Kenya: Rescuers combed a crash site in Kenya on Sunday where oil spilt from a truck caught fire and killed around 100 people in one of the east African nation's worst disasters of recent times.
Regional authorities on the scene revised the death toll down to 94 from 111 after difficulties counting the charred bodies under darkness at the scene in the central town of Molo on Saturday night.
"We counted 89 bodies last night and five have died this morning," Rift Valley provincial commissioner Hassan Noor Hassan told reporters.
DEATH BY FIRE: About 30 victims were airlifted in military planes for specialised treatment in the capital Nairobi.
The Red Cross said 110 had died, a health minister said 97, and police gave a toll of 91.
A truck crashed near Molo on Saturday evening, spilling oil that burst into flames as hundreds of locals crowded round in search of free fuel.
Many bodies were burned beyond recognition.
Rescuers said someone may have accidentally dropped a cigarette, although there was also suspicion someone angered at being blocked by police may have started the fire on purpose.
After the truck careered off the road, motorbike riders and others descended on the vehicle in the hope of scooping up petrol, witnesses said.
Rescue operations went on through the night in scenes of chaos and anguish.
Hassan said the number of injured were 178, and medical facilities in the area were overwhelmed. "Some people have to sleep on the floor, despite their serious injuries. But we are going to airlift the most critical to Nairobi to decongest the hospitals."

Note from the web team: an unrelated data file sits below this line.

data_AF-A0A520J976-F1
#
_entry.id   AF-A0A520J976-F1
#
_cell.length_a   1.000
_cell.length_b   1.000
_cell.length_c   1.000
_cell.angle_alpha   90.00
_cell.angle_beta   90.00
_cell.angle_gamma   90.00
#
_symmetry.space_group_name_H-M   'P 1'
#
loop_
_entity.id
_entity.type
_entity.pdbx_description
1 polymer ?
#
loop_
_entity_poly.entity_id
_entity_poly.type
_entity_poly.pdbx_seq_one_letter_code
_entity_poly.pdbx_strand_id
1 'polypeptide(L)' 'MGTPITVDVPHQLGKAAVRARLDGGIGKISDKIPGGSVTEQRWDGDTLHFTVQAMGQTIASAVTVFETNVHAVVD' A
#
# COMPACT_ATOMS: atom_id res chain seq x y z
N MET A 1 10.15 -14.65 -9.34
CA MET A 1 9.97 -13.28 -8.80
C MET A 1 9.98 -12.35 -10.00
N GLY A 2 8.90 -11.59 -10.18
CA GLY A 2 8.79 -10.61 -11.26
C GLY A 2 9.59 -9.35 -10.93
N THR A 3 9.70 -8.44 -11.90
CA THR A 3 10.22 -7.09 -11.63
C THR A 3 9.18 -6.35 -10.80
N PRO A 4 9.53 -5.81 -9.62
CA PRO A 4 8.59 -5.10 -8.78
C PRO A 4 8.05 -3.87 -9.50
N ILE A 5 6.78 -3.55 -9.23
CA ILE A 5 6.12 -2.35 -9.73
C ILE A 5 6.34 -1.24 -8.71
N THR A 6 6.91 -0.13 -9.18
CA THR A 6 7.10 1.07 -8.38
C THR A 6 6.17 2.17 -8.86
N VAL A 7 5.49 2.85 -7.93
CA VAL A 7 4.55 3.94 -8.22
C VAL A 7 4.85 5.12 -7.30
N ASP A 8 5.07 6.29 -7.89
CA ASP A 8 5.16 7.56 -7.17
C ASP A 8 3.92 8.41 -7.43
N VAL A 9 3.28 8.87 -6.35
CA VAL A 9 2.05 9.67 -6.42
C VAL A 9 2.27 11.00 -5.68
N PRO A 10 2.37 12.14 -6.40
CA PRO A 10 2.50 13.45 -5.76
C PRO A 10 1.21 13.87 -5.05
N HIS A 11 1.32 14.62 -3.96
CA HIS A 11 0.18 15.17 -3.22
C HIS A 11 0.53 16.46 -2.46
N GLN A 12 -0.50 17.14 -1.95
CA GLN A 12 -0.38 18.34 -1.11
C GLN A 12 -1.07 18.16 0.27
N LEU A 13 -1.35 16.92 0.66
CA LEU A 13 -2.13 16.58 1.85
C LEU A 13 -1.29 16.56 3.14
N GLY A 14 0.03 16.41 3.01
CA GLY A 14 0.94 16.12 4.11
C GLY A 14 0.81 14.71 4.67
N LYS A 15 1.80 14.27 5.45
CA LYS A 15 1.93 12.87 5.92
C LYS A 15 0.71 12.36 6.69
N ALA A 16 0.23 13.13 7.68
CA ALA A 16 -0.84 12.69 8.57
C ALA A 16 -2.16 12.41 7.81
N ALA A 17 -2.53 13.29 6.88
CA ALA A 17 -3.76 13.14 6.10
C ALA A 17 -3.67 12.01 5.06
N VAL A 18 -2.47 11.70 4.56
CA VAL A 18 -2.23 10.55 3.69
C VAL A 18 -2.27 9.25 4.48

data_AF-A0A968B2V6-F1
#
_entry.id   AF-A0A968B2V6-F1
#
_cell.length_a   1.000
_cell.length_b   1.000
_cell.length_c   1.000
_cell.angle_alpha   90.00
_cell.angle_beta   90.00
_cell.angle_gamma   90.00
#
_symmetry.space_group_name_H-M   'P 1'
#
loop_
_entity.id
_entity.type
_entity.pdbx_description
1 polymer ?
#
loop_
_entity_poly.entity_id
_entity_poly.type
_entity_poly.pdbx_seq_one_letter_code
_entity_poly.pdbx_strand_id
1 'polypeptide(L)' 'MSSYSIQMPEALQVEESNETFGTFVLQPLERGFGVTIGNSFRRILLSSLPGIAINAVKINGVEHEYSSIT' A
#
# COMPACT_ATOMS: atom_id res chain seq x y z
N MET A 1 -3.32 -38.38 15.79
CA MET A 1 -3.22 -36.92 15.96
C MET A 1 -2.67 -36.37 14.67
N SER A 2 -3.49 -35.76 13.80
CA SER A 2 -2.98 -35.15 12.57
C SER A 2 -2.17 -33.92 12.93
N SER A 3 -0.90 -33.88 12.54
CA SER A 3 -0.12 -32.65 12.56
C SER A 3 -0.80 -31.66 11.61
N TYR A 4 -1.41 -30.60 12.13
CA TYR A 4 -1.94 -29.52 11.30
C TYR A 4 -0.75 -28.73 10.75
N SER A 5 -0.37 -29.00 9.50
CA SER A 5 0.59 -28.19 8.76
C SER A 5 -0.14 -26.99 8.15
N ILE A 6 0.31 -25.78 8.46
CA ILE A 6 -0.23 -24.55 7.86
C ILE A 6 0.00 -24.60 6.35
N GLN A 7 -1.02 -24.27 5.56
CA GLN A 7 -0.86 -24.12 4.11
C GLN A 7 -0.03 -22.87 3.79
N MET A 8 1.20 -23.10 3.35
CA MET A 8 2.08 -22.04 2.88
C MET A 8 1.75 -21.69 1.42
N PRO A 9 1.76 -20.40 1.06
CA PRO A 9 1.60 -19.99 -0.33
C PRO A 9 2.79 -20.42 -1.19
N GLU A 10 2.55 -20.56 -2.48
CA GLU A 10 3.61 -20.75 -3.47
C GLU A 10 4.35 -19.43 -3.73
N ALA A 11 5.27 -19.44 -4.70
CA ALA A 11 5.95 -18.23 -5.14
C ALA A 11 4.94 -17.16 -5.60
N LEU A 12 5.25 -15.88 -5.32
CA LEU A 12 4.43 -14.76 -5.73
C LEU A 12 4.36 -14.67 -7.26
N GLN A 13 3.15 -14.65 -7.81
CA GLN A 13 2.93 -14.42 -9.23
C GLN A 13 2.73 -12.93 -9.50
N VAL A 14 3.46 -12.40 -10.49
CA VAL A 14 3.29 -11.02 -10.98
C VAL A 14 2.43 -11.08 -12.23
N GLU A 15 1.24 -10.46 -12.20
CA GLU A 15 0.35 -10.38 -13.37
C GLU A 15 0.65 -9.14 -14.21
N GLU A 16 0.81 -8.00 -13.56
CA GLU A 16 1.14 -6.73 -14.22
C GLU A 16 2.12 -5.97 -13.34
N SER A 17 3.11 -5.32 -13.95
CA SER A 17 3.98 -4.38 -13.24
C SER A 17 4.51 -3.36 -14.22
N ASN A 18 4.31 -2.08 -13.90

In one hospital, badly-burned people lay on blankets on the ground, groaning in pain.
"Oh God, Oh God," one man moaned as he lay on the floor of another rural hospital, his arm burned pink.
Anxious relatives milled around hospitals and the scorched area of the crash site, hoping to find their kin.
"My two sons ran home, picked some jerry cans and ran to get some petrol. I tried to stop them but they did not listen, they told me everyone is going there for the free fuel," recounted one distraught woman, who would not give her name.
"Now I cannot trace them," she said, sobbing as she looked at the skull and bones of one corpse near the shell of the truck. Government ministers visited the scene on Sunday morning and prayed with victims in hospital.
"This is a national tragedy, and the government will foot all the bills," said Public Health Minister Beth Mugo. Another woman said she had last seen her 13-year-old son next to the overturned truck, jerry can in hand, before the inferno.
"Then there was a huge explosion and we ran into the forest and that is the last time I saw him," she said, wiping tears.
One 14-year-old boy was found in a thicket, his face swollen and blistered, dazed and unable to speak. He was rushed to hospital by journalists.
About 30 victims were airlifted in military planes for specialised treatment in the capital Nairobi.
The truck fire followed the deaths of at least 25 people in Nairobi when a supermarket caught fire earlier this week. Local media have been berating the government for poor safety standards and inadequate disaster preparedness. Kenya has a poor road safety record, with major accidents and multiple deaths common on its main thoroughfares.